632.6231/44: Telegram

The Secretary of State to the Ambassador in Brazil ( Gibson )

68. I have read your 115, April 20, and 117, April 24, with distinct interest. Please follow development of these arrangements and keep Department as fully informed as possible.

The arrangements outlined in your 115 are not entirely understood by the Department.

Will the new agreement cover other Brazilian exports to Germany besides cotton?
Will Brazilian exporters have to turn over to the Bank of Brazil (directly or indirectly) 35 percent of the proceeds of their sales in Germany in free currencies, the currencies of international acceptance (a) in connection with sales of cotton, (b) in connection with sales of other commodities?
Under the arrangement, does either the Brazilian Government or the Bank of Brazil undertake to buy German goods in specified amounts, or Undertake other specified relations to German purchasers of Brazilian products?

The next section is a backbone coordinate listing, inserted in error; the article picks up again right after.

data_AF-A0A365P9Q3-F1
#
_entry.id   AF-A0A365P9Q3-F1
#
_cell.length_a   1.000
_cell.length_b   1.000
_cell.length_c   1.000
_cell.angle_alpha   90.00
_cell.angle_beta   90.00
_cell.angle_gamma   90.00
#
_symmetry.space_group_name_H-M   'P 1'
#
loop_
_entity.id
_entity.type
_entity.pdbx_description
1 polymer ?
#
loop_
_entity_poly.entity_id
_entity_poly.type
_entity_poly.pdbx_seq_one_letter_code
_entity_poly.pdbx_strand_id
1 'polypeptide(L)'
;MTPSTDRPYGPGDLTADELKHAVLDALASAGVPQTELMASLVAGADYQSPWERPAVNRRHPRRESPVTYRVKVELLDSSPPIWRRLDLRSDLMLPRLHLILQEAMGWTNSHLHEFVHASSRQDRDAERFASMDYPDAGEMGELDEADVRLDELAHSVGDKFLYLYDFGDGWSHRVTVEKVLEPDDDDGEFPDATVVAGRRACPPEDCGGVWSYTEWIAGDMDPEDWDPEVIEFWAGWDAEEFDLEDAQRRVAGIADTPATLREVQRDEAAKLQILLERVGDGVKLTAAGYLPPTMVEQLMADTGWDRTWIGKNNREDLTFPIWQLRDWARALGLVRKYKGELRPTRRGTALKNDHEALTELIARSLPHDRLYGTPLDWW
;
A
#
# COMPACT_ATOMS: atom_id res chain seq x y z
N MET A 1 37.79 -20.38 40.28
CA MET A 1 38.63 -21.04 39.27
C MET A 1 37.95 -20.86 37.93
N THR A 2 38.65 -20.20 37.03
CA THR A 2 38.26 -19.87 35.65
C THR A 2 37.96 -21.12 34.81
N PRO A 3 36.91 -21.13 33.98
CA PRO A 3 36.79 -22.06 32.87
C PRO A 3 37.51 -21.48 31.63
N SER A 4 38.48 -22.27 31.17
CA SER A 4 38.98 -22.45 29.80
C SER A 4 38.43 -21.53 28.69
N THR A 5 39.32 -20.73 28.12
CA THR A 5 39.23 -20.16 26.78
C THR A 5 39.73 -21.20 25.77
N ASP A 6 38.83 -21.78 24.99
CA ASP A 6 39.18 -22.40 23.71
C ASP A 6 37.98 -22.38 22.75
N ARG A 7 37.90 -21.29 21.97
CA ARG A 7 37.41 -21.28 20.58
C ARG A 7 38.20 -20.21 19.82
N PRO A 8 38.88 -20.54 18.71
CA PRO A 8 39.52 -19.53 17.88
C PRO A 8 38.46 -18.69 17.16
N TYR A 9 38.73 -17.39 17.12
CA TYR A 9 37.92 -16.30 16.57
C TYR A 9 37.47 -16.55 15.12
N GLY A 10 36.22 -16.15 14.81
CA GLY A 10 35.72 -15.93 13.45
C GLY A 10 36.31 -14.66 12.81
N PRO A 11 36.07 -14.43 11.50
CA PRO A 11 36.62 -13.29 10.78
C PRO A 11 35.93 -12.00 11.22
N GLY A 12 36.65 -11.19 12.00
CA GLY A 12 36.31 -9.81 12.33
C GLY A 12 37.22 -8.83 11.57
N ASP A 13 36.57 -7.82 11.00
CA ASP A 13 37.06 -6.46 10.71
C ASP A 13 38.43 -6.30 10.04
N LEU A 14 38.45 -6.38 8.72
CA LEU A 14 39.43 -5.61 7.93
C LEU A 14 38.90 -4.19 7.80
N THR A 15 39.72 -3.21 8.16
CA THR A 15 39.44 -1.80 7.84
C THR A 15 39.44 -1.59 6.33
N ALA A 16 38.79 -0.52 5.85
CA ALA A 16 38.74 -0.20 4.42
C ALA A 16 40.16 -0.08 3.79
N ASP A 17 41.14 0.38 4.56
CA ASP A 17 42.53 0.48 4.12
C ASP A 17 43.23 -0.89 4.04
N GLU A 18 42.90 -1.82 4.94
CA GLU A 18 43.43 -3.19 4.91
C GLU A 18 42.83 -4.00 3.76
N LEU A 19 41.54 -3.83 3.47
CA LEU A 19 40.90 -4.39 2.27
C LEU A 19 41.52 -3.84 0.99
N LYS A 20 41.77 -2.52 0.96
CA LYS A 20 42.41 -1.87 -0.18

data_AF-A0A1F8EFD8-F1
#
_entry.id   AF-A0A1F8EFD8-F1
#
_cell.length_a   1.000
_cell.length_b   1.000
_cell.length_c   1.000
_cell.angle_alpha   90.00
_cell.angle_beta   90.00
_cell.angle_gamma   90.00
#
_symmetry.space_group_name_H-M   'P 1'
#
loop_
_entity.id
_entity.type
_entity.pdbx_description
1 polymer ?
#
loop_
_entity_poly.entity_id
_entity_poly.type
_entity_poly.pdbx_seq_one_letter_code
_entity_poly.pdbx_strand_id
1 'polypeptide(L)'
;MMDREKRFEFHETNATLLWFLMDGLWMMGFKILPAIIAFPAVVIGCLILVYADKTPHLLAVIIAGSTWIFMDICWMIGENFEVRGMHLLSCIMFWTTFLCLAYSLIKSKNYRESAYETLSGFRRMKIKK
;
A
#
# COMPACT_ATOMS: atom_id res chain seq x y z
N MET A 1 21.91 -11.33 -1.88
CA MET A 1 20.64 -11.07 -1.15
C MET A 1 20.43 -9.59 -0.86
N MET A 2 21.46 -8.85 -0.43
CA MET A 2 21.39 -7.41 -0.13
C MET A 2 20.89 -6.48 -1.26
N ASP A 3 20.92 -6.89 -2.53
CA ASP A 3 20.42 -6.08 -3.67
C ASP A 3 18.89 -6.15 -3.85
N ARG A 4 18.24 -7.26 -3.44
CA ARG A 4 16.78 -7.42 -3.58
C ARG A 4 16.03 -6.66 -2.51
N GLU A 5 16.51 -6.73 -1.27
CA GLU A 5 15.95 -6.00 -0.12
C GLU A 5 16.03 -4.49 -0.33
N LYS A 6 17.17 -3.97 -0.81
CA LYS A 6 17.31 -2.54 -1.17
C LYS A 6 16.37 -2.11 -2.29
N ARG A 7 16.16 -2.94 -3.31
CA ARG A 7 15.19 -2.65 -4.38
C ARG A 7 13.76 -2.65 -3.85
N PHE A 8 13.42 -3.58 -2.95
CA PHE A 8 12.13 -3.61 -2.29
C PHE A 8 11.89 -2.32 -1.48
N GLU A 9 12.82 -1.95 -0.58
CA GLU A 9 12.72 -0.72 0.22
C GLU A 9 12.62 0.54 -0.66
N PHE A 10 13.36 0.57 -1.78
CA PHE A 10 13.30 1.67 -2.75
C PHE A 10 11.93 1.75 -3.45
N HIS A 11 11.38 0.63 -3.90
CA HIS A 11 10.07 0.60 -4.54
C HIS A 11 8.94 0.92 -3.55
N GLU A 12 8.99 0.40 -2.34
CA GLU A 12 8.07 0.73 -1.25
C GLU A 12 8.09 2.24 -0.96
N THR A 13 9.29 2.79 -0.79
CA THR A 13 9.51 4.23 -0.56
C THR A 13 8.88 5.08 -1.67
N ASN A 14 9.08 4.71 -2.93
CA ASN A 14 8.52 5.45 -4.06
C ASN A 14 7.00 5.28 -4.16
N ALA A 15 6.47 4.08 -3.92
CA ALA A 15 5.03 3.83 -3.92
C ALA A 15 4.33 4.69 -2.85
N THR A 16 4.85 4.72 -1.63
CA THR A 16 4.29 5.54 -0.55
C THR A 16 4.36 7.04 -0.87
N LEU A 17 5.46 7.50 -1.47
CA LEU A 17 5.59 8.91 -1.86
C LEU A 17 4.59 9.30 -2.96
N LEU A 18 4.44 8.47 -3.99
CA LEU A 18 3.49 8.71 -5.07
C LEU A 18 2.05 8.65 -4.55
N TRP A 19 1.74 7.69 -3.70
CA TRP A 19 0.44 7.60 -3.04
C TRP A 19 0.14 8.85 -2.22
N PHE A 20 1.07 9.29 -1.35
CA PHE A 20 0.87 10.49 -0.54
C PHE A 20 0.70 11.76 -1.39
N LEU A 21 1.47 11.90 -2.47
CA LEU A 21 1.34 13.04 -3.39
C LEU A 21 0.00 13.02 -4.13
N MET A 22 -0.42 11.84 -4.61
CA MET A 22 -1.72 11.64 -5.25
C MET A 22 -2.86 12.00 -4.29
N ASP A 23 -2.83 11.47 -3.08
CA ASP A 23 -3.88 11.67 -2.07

From another angle, one provision outlined in your 115 is perplexing: “The German banks will sell 35 percent to the Bank of Brazil at official exchange rate and will be forced immediately to buy back the same funds at open market exchange rate”. Would this provision facilitate the sale of Brazilian goods to Germany, particularly of cotton? Department would welcome full interpretation.

Department would like your judgment as to whether the arrangement as far as outlined would constitute discrimination against American trade.

The Department’s point of view is that the Brazilian Government should take no action, whether through agreement with Germany or unilaterally, which would place trade with Germany and the blocked currencies in which it is transacted in a specially favored position as compared with the trade and currencies of non-compensation countries. The Department assumes that you are clearly keeping its point of view before the Brazilian authorities and indicating this Government’s substantial interest in the bearing of any of Brazil’s clearing agreements upon Brazilian-American trade and the Brazilian-American commercial agreement.7

  1. Reciprocal trade agreement between the United States and Brazil, signed February 2, 1935, Foreign Relations, 1935, vol. iv, p. 300.